Thoughts on the proposed annexation of Texas to the United States Page: 31 of 55
This book is part of the collection entitled: From Republic to State: Debates and Documents Relating to the Annexation of Texas, 1836-1856 and was provided to The Portal to Texas History by the UNT Libraries.
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ANNEXATION OF TEXAS. 31
v On the other hand, if the numerous ports and long line of sea
coasts of Texas are to be defended as a portion of our own frontier,
a vast increase must be made to oir fortifications, and a very
considerable one to our military and naval establishment. Texas,
as a neutral, would be, in case of a war with England, far more
serviceable than as a portion of our own territory, and that she
would be a voluntary ally, is, in our judgment, in the last degree
improbable. We seem to forget that there must be limits to our
dominion; in case of war, Great Britain will always endeavor to
enlist in opposition to us our southern neighbors, be she Mexico
or Texas, a policy far easier to be pursued with Mexico, already
alienated from us, than with the people of Texas, claiming the
same origin with ourselves. In case of a war, it were far better
to have Galveston and Matagordas in neutral hands than in our
The annexation of Texas, instead of strengthening the Union,
weakens it, just so far as it adds a great line of frontier to be occupied
and defended. A friendly or neutral republic on our border
is of vastly more importance to us in every military point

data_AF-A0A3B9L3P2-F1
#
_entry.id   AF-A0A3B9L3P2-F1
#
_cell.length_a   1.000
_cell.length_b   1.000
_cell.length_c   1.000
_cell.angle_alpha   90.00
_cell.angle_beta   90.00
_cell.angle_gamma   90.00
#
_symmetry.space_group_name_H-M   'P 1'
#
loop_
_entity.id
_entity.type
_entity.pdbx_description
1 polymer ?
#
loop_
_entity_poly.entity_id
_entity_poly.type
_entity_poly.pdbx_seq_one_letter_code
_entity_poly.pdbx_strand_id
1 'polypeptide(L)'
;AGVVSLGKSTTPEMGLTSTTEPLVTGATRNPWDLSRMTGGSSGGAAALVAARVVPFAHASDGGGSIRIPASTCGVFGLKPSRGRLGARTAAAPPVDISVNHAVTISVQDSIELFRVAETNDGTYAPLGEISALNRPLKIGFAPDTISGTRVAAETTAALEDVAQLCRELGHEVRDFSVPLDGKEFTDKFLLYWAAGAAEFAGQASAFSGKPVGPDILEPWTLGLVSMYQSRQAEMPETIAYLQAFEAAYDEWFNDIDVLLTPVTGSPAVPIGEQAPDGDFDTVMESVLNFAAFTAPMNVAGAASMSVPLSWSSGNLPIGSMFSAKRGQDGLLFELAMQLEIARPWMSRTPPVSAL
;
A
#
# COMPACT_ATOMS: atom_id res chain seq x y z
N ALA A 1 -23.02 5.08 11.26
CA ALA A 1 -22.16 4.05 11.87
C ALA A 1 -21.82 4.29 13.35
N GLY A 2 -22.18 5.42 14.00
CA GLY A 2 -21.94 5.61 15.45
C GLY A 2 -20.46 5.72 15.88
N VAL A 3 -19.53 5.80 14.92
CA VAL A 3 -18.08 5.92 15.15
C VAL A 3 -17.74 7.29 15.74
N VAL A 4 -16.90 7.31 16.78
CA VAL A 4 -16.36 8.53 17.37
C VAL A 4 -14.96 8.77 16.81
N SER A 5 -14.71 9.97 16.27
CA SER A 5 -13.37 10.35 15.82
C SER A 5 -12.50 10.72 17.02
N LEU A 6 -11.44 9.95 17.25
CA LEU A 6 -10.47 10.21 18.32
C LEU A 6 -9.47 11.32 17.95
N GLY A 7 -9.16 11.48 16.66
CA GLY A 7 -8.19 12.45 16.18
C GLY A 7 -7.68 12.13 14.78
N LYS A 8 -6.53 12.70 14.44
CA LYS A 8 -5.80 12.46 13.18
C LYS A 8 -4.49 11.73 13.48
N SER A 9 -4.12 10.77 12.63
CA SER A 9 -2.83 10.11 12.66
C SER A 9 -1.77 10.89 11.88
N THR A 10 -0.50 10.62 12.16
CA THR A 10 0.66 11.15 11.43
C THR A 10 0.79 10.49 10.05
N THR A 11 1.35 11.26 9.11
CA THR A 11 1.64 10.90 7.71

The leading, indeed, the only considerable inducement held
out in Mr. Walker's pamphlet, is the prospect that Texas will furnish
a great market for the mining and manufacturing productions
of the northern and middle States. The mrost elaborate production
of his treatise consists of an effort literally to purchase
the support of the North. A trifling inconsistency may be noticed.
Texas, as a mart for slaves, is to assist in draining the old slave
States, and in extirpating the institution. As a market for the products
of the free States, it is indefinitely to augment their resources,
indefinitely to increase their productions. It would be
,desirable to know why the same cause is to produce effects so
different. But Mr. Walker has, in some respects, rightly appreciated
the character of our people. During the fifty-five years of
independent existence, under our present form of government,
three have been consumed in war; nearly two entire generations
have been devoted exclusively to the pursuit of material acquisition.
There can be no doubt that in some respects, profound peace
and advancing luxury have exercised an injurious influence upon
the national character. That " fierce spirit of liberty" which,
seventy years ago, Mr. Burke so beautifully depicted as equally
our glory and our strength, scarcely breathes in us with equal
vigor. The spirit of party and the love of gain are the two master
impulses that agitate our bosoms; and two foes more dangerous
to human virtue, and more injurious to national character, are
not to be named. Political divisions, growing out of great national
questions, are the life-blood of a free people; party spirit,
sectional cabal, selfish intrigue, destroy the very existence of publicvirtue.
The pursuit of.wealth, as leading to independence, is
the most honorable occupation of peace. The mere acquisition
of property for the gratification of appetite or the satisfaction of
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Sedgwick, Theodore. Thoughts on the proposed annexation of Texas to the United States, book, January 1, 1844; New-York. (texashistory.unt.edu/ark:/67531/metapth2387/m1/31/: accessed September 24, 2017), University of North Texas Libraries, The Portal to Texas History, texashistory.unt.edu; .